Update: Just finished putting the new switch in. It's a little uncomfortable to crawl under the steering wheel on my back, and get my head and arms into a workable position in the footwell, but mechanically very easy. The old switch comes out with a quarter twist, then pull. Then you can more easily unplug the connector. Putting things back, I found it worked if I put the switch itself in first, and then plugged the cable in. When I tried w/ the cable plugged in first, I was unable to get enough force to push and twist with my fingers in the tiny space. It's a 5-minute job. The switch was a little under $20. There are two strange things about the part number, although in the end they don't seem to matter. First is that the part that I got has 3 different part numbers imprinted on it! They are: 996.613.111.01 996.613.113.01 996.613.114.01 Second is that the parts catalog shows that two different parts are required depending on whether you have a Tiptronic and whether you have cruise control. And yet, these two part numbers are both imprinted on the part I got (I guess they figured out how to make one part that works for all three cases, and that was not originally true?). The guy at the parts counter said there is another part with a red collar instead of brown. Here's what the parts catalog says: 996.613.114.01 - for manual transmission (M481) with cruise control (M454) 996.613.113.01 - for tiptronic (M249) with cruise control (M454) 996.613.113.01 - for manual without cruise (my car) (Looks odd, but that's what it says.) And finally, I took apart the old switch and the mechanism is dead simple. Pushing the pedal just makes the contacts...make contact. There was some greasy gunk on the contacts, probably whatever lubricant they use, gone bad from dirt. A good cleaning of the inside was probably all it needed. Worth a try if your switch goes bad. Thanks for the help. :beer:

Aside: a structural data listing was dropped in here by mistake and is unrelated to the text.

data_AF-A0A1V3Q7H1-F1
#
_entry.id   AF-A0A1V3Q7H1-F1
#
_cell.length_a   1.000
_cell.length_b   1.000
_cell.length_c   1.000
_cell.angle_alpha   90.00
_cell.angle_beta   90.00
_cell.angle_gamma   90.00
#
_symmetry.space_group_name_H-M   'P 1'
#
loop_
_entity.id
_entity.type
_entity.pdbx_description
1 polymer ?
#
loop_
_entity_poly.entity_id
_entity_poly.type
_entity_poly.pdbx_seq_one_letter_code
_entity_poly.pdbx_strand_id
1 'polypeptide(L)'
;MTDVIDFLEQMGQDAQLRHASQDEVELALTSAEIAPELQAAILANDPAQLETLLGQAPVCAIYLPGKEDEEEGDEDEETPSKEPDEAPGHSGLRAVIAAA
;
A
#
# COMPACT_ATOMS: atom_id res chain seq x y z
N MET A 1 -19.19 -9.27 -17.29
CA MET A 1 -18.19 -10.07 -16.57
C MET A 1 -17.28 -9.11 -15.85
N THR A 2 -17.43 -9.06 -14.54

42. 1 point
    If you have not figured it out yet. The vent is held in with 2 locking clips. You press down on the clips and the vent pulls out. Jeff